Defining an FTS_DOC_ID column at CREATE TABLE time is less expensive than creating a full-text index on a table that is already loaded with data. If an FTS_DOC_ID column is defined on a table prior to loading data, the table and its indexes do not have to be rebuilt to add the new column. If you are not concerned with CREATE FULLTEXT INDEX performance, leave out the FTS_DOC_ID column to have InnoDB create it for you. InnoDB creates a hidden FTS_DOC_ID column along with a unique index (FTS_DOC_ID_INDEX) on the FTS_DOC_ID column. If you want to create your own FTS_DOC_ID column, the column must be defined as BIGINT UNSIGNED NOT NULL and named FTS_DOC_ID (all upper case), as in the following example:


The FTS_DOC_ID column does not need to be defined as an AUTO_INCREMENT column, but AUTO_INCREMENT could make loading data easier.

mysql> CREATE TABLE opening_lines (
       opening_line TEXT(500),
       author VARCHAR(200),
       title VARCHAR(200)
       ) ENGINE=InnoDB;

If you choose to define the FTS_DOC_ID column yourself, you are responsible for managing the column to avoid empty or duplicate values. FTS_DOC_ID values cannot be reused, which means FTS_DOC_ID values must be ever increasing.

Optionally, you can create the required unique FTS_DOC_ID_INDEX (all upper case) on the FTS_DOC_ID column.


If you do not create the FTS_DOC_ID_INDEX, InnoDB creates it automatically.

Before MySQL 5.7.13, the permitted gap between the largest used FTS_DOC_ID value and new FTS_DOC_ID value is 10000. In MySQL 5.7.13 and later, the permitted gap is 65535.

To avoid rebuilding the table, the FTS_DOC_ID column is retained when dropping a full-text index.

InnoDB Full-Text Index Deletion Handling

Deleting a record that has a full-text index column could result in numerous small deletions in the auxiliary index tables, making concurrent access to these tables a point of contention. To avoid this problem, the Document ID (DOC_ID) of a deleted document is logged in a special FTS_*_DELETED table whenever a record is deleted from an indexed table, and the indexed record remains in the full-text index. Before returning query results, information in the FTS_*_DELETED table is used to filter out deleted Document IDs. The benefit of this design is that deletions are fast and inexpensive. The drawback is that the size of the index is not immediately reduced after deleting records. To remove full-text index entries for deleted records, run OPTIMIZE TABLE on the indexed table with innodb_optimize_fulltext_only=ON to rebuild the full-text index. For more information, see Optimizing InnoDB Full-Text Indexes.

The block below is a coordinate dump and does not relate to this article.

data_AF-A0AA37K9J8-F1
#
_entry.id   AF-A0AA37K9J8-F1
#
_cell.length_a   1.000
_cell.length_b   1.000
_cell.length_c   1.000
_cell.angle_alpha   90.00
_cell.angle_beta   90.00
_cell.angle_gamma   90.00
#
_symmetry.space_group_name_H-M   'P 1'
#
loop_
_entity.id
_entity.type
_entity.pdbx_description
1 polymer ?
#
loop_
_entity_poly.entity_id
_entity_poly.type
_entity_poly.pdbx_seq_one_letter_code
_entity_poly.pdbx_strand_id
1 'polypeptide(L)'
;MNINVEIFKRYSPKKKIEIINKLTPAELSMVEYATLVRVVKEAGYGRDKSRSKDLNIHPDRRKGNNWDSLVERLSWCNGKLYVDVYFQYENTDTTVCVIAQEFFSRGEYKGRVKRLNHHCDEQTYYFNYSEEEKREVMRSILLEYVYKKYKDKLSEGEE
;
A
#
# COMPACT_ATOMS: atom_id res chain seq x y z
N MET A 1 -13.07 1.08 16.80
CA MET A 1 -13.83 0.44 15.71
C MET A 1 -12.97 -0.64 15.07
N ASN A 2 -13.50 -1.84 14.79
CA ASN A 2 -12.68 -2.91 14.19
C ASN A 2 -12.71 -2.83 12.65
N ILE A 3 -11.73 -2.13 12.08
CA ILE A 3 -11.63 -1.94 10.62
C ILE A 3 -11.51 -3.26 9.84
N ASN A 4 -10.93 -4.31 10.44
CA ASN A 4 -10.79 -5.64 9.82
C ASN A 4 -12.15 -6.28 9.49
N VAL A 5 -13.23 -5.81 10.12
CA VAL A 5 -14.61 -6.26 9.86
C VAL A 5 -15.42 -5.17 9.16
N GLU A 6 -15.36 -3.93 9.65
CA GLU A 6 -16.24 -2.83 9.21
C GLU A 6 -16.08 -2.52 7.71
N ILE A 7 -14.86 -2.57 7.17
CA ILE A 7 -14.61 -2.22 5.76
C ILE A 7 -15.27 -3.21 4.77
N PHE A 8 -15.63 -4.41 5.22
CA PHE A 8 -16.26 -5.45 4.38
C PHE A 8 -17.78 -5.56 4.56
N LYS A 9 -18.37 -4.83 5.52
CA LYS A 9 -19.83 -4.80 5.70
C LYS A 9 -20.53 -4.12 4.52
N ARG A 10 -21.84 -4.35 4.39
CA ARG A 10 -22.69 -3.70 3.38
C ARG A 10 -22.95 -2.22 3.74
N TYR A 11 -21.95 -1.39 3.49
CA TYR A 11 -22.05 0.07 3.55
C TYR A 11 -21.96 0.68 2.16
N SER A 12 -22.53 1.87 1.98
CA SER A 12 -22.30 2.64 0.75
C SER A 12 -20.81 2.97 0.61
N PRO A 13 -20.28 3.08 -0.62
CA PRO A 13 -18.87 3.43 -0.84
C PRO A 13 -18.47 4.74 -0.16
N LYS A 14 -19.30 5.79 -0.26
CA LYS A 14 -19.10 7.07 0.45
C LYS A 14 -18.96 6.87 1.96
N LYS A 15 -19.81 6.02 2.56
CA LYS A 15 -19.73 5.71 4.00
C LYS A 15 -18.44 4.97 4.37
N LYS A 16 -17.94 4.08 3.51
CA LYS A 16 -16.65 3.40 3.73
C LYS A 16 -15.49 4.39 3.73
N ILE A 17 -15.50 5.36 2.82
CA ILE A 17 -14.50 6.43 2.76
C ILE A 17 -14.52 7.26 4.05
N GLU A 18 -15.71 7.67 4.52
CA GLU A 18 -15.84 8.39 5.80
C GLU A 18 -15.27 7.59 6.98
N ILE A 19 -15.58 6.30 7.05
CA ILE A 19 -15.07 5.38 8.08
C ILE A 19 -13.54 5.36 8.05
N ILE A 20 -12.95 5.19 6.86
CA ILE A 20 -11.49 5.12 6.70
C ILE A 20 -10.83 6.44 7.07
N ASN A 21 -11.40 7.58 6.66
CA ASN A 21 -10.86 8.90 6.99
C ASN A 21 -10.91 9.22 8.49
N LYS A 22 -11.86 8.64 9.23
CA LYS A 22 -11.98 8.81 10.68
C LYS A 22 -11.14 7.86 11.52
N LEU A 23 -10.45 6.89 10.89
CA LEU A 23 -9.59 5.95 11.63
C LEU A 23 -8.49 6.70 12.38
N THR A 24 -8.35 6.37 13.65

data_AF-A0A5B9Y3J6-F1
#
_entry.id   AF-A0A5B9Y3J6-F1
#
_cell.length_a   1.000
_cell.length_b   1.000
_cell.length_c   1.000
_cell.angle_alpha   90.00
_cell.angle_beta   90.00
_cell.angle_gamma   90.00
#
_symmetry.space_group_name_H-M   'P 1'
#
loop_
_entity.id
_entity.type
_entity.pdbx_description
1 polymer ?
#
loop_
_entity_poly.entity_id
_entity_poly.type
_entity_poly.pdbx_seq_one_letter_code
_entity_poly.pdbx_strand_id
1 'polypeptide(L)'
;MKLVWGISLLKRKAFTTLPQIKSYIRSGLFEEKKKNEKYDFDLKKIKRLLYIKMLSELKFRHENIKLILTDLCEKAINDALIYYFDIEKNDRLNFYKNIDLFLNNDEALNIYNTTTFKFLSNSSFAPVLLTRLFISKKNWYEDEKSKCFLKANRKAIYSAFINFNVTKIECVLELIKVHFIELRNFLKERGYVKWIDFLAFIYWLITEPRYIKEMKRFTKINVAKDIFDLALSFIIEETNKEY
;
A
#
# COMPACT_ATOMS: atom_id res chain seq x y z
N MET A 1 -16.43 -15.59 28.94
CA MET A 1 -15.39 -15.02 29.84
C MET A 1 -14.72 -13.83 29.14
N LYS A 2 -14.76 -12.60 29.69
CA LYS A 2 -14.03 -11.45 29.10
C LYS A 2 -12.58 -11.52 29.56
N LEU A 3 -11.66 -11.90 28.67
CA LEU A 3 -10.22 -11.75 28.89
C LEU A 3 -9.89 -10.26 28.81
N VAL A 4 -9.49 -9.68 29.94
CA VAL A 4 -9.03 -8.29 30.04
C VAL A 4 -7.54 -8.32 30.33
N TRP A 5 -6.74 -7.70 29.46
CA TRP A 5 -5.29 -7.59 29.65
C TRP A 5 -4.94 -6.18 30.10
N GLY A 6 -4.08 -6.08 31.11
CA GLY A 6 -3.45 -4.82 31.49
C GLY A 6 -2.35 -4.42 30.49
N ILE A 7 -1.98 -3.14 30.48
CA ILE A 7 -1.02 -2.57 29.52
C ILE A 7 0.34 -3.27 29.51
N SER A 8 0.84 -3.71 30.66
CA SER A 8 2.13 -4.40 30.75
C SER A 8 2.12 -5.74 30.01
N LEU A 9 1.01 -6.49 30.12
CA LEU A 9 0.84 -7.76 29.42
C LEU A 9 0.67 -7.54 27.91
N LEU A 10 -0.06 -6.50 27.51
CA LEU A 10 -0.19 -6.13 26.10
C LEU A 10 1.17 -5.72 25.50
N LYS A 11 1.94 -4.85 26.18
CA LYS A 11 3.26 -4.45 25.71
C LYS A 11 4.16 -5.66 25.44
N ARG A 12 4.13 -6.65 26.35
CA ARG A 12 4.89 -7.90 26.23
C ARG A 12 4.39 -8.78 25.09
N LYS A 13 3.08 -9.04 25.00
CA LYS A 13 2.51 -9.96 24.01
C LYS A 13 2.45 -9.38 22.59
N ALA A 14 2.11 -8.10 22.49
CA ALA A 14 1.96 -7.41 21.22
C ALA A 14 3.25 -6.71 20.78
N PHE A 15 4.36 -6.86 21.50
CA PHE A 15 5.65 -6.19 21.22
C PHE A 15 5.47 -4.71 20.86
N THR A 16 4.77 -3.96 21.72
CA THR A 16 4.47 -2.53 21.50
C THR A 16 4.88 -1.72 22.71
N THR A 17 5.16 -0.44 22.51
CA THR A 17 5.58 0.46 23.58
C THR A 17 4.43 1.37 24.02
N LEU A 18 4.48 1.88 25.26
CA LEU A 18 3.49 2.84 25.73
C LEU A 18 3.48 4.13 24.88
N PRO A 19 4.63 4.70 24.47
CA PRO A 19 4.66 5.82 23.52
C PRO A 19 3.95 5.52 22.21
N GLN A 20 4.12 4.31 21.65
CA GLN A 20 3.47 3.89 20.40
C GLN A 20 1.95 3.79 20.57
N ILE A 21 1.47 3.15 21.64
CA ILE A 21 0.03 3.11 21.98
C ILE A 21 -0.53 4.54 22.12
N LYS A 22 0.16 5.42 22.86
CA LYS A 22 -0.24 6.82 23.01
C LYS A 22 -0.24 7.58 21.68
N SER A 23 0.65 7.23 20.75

InnoDB Full-Text Index Transaction Handling

InnoDB FULLTEXT indexes have special transaction handling characteristics due its caching and batch processing behavior. Specifically, updates and insertions on a FULLTEXT index are processed at transaction commit time, which means that a FULLTEXT search can only see committed data. The following example demonstrates this behavior. The FULLTEXT search only returns a result after the inserted lines are committed.

mysql> CREATE TABLE opening_lines (
       opening_line TEXT(500),
       author VARCHAR(200),
       title VARCHAR(200),
       FULLTEXT idx (opening_line)
       ) ENGINE=InnoDB;

mysql> BEGIN;

mysql> INSERT INTO opening_lines(opening_line,author,title) VALUES
       ('Call me Ishmael.','Herman Melville','Moby-Dick'),
       ('A screaming comes across the sky.','Thomas Pynchon','Gravity\'s Rainbow'),
       ('I am an invisible man.','Ralph Ellison','Invisible Man'),
       ('Where now? Who now? When now?','Samuel Beckett','The Unnamable'),
       ('It was love at first sight.','Joseph Heller','Catch-22'),
       ('All this happened, more or less.','Kurt Vonnegut','Slaughterhouse-Five'),
       ('Mrs. Dalloway said she would buy the flowers herself.','Virginia Woolf','Mrs. Dalloway'),
       ('It was a pleasure to burn.','Ray Bradbury','Fahrenheit 451');

mysql> SELECT COUNT(*) FROM opening_lines WHERE MATCH(opening_line) AGAINST('Ishmael');
| COUNT(*) |
|        0 |

mysql> COMMIT;

mysql> SELECT COUNT(*) FROM opening_lines WHERE MATCH(opening_line) AGAINST('Ishmael');
| COUNT(*) |
|        1 |
Monitoring InnoDB Full-Text Indexes

You can monitor and examine the special text-processing aspects of InnoDB FULLTEXT indexes by querying the following INFORMATION_SCHEMA tables:

You can also view basic information for FULLTEXT indexes and tables by querying INNODB_SYS_INDEXES and INNODB_SYS_TABLES.

For more information, see Section 14.15.4, “InnoDB INFORMATION_SCHEMA FULLTEXT Index Tables”.